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Author Topic: Shado Beni / Long Coriander  (Read 5875 times)

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Online DalPuri

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Shado Beni / Long Coriander
« on: May 15, 2013, 08:29 PM »
Came across this herb just now whilst looking at Doubles recipes.
Could've been a possible candidate for the recent ribbed coriander stems? More than likely would've been a rogue parsley stalk that slipped into the bunch of coriander. I've found that quite common when buying from Indian supermarkets.     

Shadow beni is a leafy herb native to the West Indies and Central America. It is widely used in the cuisine of these regions, and it also appears in Asian foods. This herb can sometimes be difficult to obtain outside these regions; sometimes specialty stores will stock it frozen or in cans. If shadow beni is not available, cilantro can be used as a replacement.
This herb has a multitude of alternate names, which adds to the confusion for many cooks. Formally, shadow beni is known as Eryngium foetidum, but it is also known by bhandhanya, fitweed, long coriander, false cilantro, culantro, recao, shado beni, sawtooth, spiritweed, ngo gai, ketumbar java, Mexican coriander, donnia, and spiritweed, among many other names. This profusion of alternate titles is especially frustrating for cooks who try to work with ethnic recipes, as many people are unaware of alternate names for the herb.
As the name “culantro” suggests, shadow beni tastes very much like cilantro, with a somewhat stronger and more lingering flavor. This flavor is often utilized in marinades and sauces, and the herb is also used as a garnish and to dress various foods. The distinctive pungency is especially popular in Trinidad, where shadow beni is used in traditional salsas and dressings, along with hot sauces.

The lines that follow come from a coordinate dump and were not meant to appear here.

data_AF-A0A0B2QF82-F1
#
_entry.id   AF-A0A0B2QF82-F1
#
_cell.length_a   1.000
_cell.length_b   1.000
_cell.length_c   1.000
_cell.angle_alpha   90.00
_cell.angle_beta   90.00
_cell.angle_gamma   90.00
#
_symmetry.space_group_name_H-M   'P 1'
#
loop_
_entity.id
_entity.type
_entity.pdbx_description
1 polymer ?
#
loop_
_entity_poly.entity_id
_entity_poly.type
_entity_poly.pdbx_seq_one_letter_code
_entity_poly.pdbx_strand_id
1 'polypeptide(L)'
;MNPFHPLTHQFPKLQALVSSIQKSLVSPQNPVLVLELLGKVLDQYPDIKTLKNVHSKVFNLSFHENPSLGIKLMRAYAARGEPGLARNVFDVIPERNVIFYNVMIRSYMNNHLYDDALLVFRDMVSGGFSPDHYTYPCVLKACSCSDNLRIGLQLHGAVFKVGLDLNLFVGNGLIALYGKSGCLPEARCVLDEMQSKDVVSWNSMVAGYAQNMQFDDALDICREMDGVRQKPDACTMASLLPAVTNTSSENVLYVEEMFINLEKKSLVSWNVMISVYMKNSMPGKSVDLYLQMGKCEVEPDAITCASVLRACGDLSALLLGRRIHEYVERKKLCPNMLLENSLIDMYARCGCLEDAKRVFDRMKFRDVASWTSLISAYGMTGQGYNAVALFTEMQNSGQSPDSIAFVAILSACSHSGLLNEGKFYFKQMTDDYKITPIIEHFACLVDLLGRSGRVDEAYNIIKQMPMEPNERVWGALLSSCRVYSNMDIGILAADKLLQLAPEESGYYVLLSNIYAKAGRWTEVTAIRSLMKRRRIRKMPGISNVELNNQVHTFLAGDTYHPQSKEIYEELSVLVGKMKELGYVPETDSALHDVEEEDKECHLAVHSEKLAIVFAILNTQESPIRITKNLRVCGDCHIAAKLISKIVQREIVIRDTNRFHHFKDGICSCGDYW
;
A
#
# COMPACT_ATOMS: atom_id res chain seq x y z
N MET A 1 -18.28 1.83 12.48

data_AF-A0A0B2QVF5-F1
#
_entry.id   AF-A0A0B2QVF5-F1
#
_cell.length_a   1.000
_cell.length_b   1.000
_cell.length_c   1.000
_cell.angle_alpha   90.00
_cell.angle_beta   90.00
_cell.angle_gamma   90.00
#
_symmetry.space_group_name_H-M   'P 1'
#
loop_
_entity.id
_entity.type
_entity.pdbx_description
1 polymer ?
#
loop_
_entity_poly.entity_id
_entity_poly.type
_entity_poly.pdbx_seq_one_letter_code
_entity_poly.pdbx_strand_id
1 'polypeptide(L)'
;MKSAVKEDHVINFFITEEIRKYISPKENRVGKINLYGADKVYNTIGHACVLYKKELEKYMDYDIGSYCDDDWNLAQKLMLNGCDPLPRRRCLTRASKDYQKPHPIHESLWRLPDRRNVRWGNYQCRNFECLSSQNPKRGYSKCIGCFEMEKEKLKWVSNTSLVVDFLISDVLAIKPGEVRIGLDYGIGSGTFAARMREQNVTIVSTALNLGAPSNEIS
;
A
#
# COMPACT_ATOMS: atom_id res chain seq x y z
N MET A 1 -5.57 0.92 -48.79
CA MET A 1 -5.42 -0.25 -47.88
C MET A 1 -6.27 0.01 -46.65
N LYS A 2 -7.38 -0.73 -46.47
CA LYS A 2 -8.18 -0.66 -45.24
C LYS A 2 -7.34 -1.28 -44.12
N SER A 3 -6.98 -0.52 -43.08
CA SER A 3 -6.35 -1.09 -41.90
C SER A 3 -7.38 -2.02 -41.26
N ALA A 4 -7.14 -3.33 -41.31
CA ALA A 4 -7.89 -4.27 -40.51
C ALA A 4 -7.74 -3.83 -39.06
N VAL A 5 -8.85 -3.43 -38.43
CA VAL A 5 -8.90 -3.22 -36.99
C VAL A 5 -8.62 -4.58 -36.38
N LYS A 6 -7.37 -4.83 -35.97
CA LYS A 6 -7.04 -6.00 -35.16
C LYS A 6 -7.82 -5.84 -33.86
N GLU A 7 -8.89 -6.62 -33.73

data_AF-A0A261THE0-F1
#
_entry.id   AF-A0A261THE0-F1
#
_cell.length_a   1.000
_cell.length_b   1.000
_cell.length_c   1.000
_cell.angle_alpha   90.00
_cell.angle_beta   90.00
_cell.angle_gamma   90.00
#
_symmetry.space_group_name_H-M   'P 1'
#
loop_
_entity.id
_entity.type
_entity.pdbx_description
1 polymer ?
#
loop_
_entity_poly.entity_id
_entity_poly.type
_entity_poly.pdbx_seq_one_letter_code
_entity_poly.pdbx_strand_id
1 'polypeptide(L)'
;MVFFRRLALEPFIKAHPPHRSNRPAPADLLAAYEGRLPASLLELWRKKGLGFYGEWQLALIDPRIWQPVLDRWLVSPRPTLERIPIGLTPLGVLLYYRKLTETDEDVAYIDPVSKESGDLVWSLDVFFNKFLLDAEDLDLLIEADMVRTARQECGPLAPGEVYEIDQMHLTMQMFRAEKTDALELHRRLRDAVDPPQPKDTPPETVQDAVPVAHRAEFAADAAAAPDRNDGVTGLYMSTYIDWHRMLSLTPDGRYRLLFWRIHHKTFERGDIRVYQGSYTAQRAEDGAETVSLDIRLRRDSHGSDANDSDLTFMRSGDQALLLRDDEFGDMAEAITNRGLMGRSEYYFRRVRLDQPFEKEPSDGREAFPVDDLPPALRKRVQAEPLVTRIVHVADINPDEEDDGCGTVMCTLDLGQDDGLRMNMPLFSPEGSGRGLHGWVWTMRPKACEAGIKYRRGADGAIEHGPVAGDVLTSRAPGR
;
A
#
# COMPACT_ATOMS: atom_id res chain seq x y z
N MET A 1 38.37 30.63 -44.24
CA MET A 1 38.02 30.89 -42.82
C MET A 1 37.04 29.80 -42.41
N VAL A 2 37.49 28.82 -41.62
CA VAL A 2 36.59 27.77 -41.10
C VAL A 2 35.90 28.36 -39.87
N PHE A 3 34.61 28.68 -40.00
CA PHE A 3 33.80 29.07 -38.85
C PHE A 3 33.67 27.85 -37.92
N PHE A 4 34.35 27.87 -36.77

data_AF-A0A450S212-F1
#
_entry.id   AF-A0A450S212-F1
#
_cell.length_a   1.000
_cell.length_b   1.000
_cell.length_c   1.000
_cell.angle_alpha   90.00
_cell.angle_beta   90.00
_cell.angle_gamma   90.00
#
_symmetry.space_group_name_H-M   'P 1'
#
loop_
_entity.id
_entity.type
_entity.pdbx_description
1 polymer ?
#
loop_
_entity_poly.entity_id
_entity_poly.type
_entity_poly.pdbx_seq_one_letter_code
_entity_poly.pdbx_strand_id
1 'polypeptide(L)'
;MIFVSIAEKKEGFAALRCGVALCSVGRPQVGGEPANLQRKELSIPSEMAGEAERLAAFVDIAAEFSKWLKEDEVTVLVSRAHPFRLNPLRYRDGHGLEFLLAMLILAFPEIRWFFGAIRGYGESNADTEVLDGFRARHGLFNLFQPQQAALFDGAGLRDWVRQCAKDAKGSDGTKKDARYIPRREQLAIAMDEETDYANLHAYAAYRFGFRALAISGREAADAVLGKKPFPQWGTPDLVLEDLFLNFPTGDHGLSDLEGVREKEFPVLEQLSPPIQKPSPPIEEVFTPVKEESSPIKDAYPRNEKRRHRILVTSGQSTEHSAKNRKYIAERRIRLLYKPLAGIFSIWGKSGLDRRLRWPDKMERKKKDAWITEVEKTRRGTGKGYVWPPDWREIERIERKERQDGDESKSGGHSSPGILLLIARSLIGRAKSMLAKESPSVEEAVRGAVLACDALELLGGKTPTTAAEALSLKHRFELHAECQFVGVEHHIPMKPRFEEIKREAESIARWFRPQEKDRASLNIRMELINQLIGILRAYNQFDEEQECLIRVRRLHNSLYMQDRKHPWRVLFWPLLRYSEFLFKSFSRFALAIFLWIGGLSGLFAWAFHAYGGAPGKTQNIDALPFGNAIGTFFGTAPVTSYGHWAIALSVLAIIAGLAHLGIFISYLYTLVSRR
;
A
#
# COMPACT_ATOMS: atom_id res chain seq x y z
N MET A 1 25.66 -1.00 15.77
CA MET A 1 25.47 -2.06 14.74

As is the case with cilantro, shadow beni is not to everyone’s taste. The flavor tastes strange to some people, while others find it very enjoyable. As the scientific name indicates, shadow beni can taste almost fetid at times, especially when paired with poor choices of seasoning and spices. However, the flavor is also quite unique, and some foods simply wouldn’t taste the same without shadow beni or cilantro, as people who have attempted to omit these herbs have noticed.
In the Caribbean and Southeast Asia, shadow benny is often readily available at produce markets, because it is a commonly used ingredient. Outside of these areas, the herb can be challenging to find, as it is a bit obscure. In regions with an ethnic community, shadow benny can sometimes be obtained at regional grocers, or especially larger markets which cater to the minority community. People can also grow shadow benny at home from seeds or starts; its growth habit is much like that of cilantro, so care is advised in especially warm climates, where the herb may bolt to seed.
Side Note: Seems shado beni isalso spelled as “shadow Benny”,  “Shado Benny” and “Shado Benni”
taken from here: http://caribbeanpot.com/tag/shado-beni/

more info

Cheers, Frank.  :)

p.s. Doubles

Offline johnwill

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Re: Shado Beni / Long Coriander
« Reply #1 on: March 07, 2014, 03:44 PM »
The color seems to be different

Offline nursetermite

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Re: Shado Beni / Long Coriander
« Reply #2 on: April 08, 2015, 04:55 AM »

Information is posted on been very good. The information that we keep up the very good lot.

Offline Onions

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Re: Shado Beni / Long Coriander
« Reply #3 on: April 16, 2015, 11:40 AM »
Well, absolutely.

Offline arayaexist

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Re: Shado Beni / Long Coriander
« Reply #4 on: May 21, 2015, 05:26 AM »

It is learned that the new me. I do not know that I'm never aware of before. And I promise to use in daily life every day.


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